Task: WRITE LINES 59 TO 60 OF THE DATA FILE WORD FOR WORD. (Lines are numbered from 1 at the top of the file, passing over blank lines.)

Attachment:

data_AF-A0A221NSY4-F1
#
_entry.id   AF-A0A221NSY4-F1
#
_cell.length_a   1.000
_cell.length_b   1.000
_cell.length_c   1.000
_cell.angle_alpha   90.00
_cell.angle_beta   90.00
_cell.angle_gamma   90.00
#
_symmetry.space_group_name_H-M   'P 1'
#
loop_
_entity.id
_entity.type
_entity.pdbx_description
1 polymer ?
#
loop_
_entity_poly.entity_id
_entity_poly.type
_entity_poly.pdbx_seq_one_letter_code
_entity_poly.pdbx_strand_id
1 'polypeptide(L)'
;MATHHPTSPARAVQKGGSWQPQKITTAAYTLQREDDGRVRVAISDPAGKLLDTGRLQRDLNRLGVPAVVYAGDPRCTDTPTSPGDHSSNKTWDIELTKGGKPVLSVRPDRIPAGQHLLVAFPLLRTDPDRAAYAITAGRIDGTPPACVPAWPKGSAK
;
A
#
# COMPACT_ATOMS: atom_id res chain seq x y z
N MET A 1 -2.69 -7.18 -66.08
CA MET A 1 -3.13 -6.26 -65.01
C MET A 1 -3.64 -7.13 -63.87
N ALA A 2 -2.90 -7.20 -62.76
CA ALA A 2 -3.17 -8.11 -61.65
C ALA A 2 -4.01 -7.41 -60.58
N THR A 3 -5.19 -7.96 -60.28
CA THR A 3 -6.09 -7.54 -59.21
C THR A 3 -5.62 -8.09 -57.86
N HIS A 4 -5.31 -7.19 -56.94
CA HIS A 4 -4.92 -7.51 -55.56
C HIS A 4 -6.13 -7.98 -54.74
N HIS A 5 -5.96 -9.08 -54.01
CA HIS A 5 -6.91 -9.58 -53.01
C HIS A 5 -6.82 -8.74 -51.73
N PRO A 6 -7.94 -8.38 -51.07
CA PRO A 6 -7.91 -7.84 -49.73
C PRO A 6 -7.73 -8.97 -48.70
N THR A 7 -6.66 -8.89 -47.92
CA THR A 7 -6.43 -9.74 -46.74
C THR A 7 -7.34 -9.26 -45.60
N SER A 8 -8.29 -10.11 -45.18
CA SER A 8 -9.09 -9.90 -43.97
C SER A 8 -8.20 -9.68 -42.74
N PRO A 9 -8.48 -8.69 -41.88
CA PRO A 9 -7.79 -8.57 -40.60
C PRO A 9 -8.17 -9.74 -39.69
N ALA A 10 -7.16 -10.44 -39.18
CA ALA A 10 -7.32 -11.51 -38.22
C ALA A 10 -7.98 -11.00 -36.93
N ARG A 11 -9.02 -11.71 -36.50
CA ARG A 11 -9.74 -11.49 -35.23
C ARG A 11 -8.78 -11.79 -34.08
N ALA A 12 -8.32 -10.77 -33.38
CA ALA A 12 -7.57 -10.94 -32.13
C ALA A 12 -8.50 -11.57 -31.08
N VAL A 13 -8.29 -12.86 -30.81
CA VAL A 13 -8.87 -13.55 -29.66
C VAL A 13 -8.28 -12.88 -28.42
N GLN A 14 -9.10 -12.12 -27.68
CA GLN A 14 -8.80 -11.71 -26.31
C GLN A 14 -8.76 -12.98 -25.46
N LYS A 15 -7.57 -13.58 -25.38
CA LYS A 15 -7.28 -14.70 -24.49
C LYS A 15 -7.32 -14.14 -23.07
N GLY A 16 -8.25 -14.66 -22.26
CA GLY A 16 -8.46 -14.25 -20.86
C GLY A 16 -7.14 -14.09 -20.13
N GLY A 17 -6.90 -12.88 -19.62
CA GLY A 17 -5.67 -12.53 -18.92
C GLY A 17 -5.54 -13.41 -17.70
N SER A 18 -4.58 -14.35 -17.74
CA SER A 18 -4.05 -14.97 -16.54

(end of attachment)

CA ALA A 10 -7.32 -11.51 -38.22
C ALA A 10 -7.98 -11.00 -36.93